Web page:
The FCCA supervises compliance with public procurement legislation, i.e. the Act on Public Procurement and Concession Contracts and the Act on Public Procurement and Concession Contracts in Special Sectors. The supervision focuses on the activities of contracting entities. Contracting entities include state and municipal authorities, joint municipal authorities and bodies governed by public law. Bodies governed by public law may include municipality-owned or state-owned limited liability companies.
Illegal direct procurement and similar unlawful procedures
Procurement supervision focuses on illegal direct procurements that have not been reported in Hilma, Finland’s national procurement notification system and that completely ignore the provisions of the Public Procurement Act. In addition, supervision seeks to address other erroneous or discriminatory procurements comparable to illegal direct awards.
Investigation of a matter
The FCCA will first carry out a preliminary investigation on the matter, based on which it will be assessed whether the FCCA will investigate the matter in more detail. The preliminary investigation will be carried out on the basis of information held by the FCCA and information available from public sources.
After the preliminary investigation, the investigation will either be closed or the investigation will be continued by means of written requests for information sent to the contracting entity and the tenderers or contracting partners.
The contracting entity’s, contracting partner’s and tenderer’s obligation to provide information
Notwithstanding the provisions on confidentiality, the contracting entity, the contracting entity’s contracting party, the party controlling the contracting entity and the tenderer participating in the procurement procedure shall, at the request of the FCCA, provide the Agency with all the information and documents necessary to establish the legality of the procurement procedure.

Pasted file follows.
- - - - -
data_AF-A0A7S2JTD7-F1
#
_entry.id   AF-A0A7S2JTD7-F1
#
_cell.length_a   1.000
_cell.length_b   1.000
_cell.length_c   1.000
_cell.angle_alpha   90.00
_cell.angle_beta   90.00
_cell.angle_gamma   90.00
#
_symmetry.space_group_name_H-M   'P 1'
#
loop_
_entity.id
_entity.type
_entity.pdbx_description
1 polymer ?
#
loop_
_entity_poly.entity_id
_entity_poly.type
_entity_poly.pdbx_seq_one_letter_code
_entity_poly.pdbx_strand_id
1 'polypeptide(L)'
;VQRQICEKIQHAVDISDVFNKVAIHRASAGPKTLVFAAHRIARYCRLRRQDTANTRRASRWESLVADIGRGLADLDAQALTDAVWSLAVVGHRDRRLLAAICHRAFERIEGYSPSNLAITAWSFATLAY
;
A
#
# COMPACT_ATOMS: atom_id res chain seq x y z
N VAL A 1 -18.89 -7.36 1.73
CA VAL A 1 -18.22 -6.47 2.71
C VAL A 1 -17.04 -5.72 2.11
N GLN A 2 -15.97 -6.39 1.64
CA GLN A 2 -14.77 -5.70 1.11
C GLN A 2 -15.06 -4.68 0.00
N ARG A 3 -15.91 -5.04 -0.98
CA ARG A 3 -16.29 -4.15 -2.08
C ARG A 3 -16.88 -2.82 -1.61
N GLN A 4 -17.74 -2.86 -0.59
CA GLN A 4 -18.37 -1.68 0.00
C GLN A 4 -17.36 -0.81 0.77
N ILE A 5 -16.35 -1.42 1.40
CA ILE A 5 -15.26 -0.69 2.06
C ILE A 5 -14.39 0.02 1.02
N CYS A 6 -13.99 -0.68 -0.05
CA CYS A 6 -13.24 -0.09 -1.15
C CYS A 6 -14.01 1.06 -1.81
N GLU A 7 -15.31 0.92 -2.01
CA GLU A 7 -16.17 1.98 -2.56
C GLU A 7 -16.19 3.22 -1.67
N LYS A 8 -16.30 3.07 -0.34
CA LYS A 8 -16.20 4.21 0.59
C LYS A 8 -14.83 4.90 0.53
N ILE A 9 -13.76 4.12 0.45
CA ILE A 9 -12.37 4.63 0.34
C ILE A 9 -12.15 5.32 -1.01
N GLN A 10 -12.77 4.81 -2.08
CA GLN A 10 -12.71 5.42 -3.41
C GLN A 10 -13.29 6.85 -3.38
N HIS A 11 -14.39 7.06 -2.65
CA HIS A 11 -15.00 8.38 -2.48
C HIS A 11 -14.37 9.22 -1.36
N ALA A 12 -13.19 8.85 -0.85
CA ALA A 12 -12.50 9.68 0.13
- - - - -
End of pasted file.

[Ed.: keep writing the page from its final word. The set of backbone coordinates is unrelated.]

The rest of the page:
Termination of the investigation or undertaking measures
After gathering sufficient information, the FCCA carries out a legal overall assessment of the situation, on the basis of which the investigation is either terminated or measures are taken. The measures will be determined on a case-by-case basis.
Means of intervening in unlawful procurements
With illegal direct awards, the FCCA may prohibit the implementing of a contract award decision or propose sanctions to the contracting entity in the Market Court. In other unlawful procurements, the FCCA may decide to provide administrative guidance to the contracting entity.
Prohibition of the implementation of a contract award decision
The FCCA may prohibit the contracting entity from enforcing a direct procurement decision that it considers unlawful, i.e. prohibiting the closing of the procurement contract between parties. The FCCA cannot impose a prohibition if a procurement contract has already been concluded in a matter. A prohibition decision can be appealed to the Market Court.
Proposal to the Market Court
For certain unlawful direct procurements, the FCCA may propose the imposition of sanction on the contracting entity in the Market Court. A sanction proposal is possible when a procurement contract has already been concluded, the procurement has been made as a direct procurement without the grounds laid down in the Act on Public Procurement and Concession Contracts, and it is